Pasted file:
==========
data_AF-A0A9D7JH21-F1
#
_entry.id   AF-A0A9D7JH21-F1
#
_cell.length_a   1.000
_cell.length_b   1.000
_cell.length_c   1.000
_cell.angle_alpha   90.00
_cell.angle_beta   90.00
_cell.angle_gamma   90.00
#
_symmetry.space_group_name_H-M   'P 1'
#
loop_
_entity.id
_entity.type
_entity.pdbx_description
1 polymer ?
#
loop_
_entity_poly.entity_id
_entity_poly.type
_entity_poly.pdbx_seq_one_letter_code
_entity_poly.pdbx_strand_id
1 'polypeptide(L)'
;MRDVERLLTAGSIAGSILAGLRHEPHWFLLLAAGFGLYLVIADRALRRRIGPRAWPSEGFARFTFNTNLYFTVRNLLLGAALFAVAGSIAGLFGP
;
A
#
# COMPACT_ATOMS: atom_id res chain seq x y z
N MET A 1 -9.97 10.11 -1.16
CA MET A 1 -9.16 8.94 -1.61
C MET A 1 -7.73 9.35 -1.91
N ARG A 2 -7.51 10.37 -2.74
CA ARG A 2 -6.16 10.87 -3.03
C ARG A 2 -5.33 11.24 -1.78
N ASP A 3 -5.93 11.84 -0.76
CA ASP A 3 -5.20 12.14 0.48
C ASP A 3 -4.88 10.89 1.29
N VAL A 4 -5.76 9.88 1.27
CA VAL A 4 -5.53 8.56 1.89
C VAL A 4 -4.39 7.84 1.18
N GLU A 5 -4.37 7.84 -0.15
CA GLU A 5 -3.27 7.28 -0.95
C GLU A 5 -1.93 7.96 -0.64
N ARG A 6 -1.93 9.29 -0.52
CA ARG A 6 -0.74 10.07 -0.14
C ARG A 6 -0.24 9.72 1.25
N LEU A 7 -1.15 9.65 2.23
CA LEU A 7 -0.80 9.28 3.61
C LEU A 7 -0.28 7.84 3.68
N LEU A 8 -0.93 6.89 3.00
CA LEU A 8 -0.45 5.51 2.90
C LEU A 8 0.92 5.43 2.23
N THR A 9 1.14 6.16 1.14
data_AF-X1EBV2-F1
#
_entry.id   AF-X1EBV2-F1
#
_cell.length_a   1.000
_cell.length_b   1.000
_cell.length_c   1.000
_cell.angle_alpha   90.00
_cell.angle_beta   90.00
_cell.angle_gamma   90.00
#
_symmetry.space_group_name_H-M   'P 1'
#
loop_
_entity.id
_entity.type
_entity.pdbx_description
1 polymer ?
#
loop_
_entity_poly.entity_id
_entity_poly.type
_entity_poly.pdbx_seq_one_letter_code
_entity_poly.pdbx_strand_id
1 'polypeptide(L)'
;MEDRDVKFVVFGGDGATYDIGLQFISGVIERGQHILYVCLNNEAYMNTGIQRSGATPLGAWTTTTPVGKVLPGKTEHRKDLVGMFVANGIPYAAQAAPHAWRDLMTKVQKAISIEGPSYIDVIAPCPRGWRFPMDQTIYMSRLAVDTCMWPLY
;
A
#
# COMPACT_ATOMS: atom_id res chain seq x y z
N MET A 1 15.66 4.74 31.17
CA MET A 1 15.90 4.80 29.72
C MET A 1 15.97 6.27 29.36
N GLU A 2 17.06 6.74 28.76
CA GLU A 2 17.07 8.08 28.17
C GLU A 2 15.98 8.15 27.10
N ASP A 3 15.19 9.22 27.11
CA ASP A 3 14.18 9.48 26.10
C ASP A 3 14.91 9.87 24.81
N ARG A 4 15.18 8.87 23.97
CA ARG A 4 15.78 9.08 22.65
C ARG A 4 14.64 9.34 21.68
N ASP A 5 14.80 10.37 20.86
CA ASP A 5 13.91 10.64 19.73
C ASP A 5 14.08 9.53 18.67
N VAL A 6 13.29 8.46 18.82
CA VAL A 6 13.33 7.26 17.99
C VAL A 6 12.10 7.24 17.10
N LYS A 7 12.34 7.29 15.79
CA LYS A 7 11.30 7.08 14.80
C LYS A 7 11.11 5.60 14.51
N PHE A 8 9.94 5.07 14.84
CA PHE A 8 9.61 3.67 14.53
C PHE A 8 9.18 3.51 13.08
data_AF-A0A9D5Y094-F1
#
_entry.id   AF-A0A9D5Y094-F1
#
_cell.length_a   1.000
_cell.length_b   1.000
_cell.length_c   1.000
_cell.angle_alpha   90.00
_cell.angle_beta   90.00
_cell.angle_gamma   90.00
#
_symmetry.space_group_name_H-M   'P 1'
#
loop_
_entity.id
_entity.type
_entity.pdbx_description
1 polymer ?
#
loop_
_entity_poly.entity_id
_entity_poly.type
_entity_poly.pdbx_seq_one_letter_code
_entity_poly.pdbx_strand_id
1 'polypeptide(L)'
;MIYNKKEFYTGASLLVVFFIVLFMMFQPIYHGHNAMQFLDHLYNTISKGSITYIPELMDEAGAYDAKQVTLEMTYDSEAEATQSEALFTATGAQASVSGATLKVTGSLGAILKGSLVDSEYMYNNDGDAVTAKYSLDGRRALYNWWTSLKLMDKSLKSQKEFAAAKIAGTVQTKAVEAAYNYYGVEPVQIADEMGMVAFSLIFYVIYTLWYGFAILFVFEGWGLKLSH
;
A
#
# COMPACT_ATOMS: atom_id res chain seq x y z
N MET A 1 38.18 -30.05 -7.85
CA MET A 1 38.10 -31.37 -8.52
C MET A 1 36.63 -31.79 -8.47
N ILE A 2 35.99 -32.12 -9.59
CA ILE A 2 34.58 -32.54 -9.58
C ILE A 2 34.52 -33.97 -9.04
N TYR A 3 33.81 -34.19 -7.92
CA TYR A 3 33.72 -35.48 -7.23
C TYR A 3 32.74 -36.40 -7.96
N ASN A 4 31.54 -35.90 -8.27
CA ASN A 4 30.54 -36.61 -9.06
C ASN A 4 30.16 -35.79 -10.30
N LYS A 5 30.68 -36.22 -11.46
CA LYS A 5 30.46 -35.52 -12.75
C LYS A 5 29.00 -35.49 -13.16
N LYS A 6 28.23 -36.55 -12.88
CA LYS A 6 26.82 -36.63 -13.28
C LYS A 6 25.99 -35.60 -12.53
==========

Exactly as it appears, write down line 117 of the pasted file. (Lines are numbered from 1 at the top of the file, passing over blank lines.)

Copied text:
_cell.angle_alpha   90.00